Russian elections 2018

Cosmos

Ambassador
Ambassador
FOTCM Member
Scottie said:
Ant22 said:
Four more years of a ray of sanity shining through the dark clouds of Western intellectual decline.

SIX years!

That's a lot of Putin...

:thup:

Yes, six more years of real diplomacy and political mastery. I'm sad I couldn't vote for him though. Maybe some day it will be possible, one can at least hope I guess. :D As for Putin possibly going over to the dark side, I see not the slightest indication for it, quite the contrary in fact! He remains BY FAR the best leader we have at this point of time. What he accomplished since his first term, both domestically inside russia as well as abroad, is nothing short of amazing and miraculous. And it doesn't look like he has implemented all of his positive plans for russia yet. If his latest address to the nation is anything to go by, we can expect much more improvements, both inside russia and its allies.

Long way to go! :rockon: :hug: :clap:
 

Learner

The Living Force
FOTCM Member
Pashalis said:
As for Putin possibly going over to the dark side, I see not the slightest indication for it, quite the contrary in fact! He remains BY FAR the best leader we have at this point of time. What he accomplished since his first term, both domestically inside russia as well as abroad, is nothing short of amazing and miraculous. And it doesn't look like he has implemented all of his positive plans for russia yet. If his latest address to the nation is anything to go by, we can expect much more improvements, both inside russia and its allies.

Long way to go! :rockon: :hug: :clap:

I agree!!! To Putin: :clap: :perfect: :rockon:

And I do think Putin pretty much actualized of what the Cs have been saying about him back in 2013:

A: The real war, as you know, is on normal people via proxies.

Q: (Kniall) Are the Russians really trying to stop this?

A: At the moment.

Q: (Perceval)So...

A: Putin is also not so heartless.

Q: (Perceval)What are the chances that if the Americans and French bomb Syria, that Putin and the Russian military would respond?

A: Very good unless things change.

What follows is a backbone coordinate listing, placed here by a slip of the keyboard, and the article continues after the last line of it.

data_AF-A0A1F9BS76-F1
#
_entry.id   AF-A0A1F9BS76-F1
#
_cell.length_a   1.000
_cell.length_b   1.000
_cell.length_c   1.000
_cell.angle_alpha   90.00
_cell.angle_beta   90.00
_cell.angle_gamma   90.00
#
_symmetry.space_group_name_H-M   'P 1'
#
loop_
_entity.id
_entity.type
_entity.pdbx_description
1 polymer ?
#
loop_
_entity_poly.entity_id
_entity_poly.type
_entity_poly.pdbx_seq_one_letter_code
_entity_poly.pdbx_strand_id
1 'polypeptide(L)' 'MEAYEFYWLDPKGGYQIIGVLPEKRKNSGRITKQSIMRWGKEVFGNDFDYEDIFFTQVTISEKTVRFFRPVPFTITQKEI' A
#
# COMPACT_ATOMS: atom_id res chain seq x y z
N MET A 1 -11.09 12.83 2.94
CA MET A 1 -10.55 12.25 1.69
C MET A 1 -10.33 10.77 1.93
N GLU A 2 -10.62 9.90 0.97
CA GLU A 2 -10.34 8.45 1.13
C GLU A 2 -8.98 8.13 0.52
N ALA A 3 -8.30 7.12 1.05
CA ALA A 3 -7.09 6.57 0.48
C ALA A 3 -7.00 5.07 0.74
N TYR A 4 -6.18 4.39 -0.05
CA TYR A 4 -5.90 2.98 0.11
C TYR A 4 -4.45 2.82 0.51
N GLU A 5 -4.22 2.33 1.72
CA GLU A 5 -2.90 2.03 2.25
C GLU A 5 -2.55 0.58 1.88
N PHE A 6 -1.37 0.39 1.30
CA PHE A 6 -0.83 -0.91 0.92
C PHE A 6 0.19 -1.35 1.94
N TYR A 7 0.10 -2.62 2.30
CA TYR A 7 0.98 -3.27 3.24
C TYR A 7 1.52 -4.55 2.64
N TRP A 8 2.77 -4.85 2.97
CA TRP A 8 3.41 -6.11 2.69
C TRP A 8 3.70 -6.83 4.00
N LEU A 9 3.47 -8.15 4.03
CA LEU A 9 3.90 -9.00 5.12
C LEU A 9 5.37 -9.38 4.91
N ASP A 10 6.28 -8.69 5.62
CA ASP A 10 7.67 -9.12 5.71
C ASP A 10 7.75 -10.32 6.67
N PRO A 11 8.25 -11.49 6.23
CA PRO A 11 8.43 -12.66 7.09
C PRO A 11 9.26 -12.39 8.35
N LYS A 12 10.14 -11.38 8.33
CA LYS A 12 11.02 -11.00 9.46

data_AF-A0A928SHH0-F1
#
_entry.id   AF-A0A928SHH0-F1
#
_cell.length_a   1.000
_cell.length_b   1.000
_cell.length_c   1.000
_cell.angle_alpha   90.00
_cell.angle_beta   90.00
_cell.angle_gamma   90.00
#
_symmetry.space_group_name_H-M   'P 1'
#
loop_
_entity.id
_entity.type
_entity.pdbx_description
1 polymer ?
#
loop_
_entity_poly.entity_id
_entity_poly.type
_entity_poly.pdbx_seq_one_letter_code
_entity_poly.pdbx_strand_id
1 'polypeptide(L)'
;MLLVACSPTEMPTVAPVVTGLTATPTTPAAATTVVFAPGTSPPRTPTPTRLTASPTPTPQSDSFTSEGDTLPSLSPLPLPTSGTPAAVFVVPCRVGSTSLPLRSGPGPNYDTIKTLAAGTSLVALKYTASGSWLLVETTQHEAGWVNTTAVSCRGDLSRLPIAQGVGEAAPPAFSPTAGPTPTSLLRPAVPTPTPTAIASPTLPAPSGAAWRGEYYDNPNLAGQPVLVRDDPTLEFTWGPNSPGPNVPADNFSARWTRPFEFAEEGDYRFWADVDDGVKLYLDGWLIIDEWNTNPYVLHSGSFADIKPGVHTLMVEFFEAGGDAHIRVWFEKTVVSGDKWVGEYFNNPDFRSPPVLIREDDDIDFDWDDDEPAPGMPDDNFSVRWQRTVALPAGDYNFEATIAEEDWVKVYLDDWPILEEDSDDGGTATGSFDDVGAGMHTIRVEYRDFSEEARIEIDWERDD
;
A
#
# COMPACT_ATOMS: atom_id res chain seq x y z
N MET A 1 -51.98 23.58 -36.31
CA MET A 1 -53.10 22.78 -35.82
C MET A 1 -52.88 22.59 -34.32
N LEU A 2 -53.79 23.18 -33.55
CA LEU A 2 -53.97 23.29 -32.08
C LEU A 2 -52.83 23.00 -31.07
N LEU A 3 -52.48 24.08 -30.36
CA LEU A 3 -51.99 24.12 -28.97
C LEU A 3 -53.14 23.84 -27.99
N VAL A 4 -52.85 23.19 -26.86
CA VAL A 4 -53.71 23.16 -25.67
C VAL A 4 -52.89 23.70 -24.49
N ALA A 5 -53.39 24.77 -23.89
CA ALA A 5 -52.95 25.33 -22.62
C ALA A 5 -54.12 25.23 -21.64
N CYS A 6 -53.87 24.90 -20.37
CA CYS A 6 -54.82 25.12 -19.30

Q: (Mr. Scott) Except things change every five minutes, so that doesn't mean much. (L) Yeah. (Perceval)Yeah, it's ongoing.

The impression I have been receiving from Putin is that of a man with a big heart, really striving to make things better. We have seen that in Syria indeed - how he did his best in doing a thorough job in eliminating the Western proxies terrorizing the country while also delivering aid to the Syrian people. And without continued Western meddling and their persistence in trying to push through their concept of regime change, plus without the involvement of additional players like Turkey, Syria would possibly be free of strife by now. And of course, Putin managed to build up what was left of Russia after it had been wrecked during the Jelzin era by Western vultures and their Russian oligarchical cronies. And not only that - thanks to him Russia is now being perceived as a major player on the world stage and a serious geopolitical rival to the US, with an improving economy.

I agree that this is no easy feat - not by a long shot; and it doesn't make me any wonder that Putin achieved that landslide victory. I also do think, he might have even received more votes, if for example Russian people in the Ukraine had not been barred from voting at diplomatic missions - as a revenge for the alleged 'annexation' of Crimea, according to RT

Ukraine is barring some 72,000 Russian citizens on its territory from voting in Russia’s presidential election, over the issue of reunification with Crimea. Moscow has slammed the move as "direct interference" in its affairs.

Two days before the Russian presidential election kicked off, Ukrainian Interior Minister Arsen Avakov announced that police and the National Guard would prevent Russian citizens living in the country from casting ballots at diplomatic missions. Only those who hold diplomatic passports would be allowed in the buildings, Avakov warned.

Any other persons and Russian citizens will not be allowed onto the territory of the diplomatic missions,” he wrote on his Facebook page. It comes in retaliation to Moscow’s decision to hold voting in Crimea, despite a request by the Ukrainian Foreign Ministry not to, Avakov said.

Crimea rejoined Russia in 2014 following a referendum that showed overwhelming support for reunification amid a violent coup that ousted Ukrainian President Viktor Yanukovich and foreshadowed years of bloodshed in the east of the country. The date of the presidential vote, March 18, marks exactly four years after the peninsula reunited with Russia. Ukraine considers Crimea to be “temporarily occupied territory” and elections there as violating Ukrainian law.

The Russian Foreign Ministry has condemned Ukraine’s decision, saying that the steps taken by Kiev “contradict not only the Vienna Conventions on Diplomatic and Consular relations, but also international human rights norms, including the provisions of the European Convention on Human Rights (ECHR) of 1950.” Hindering Russian citizens' access to the polls constitutes “direct interference” into Russian domestic matters, it said.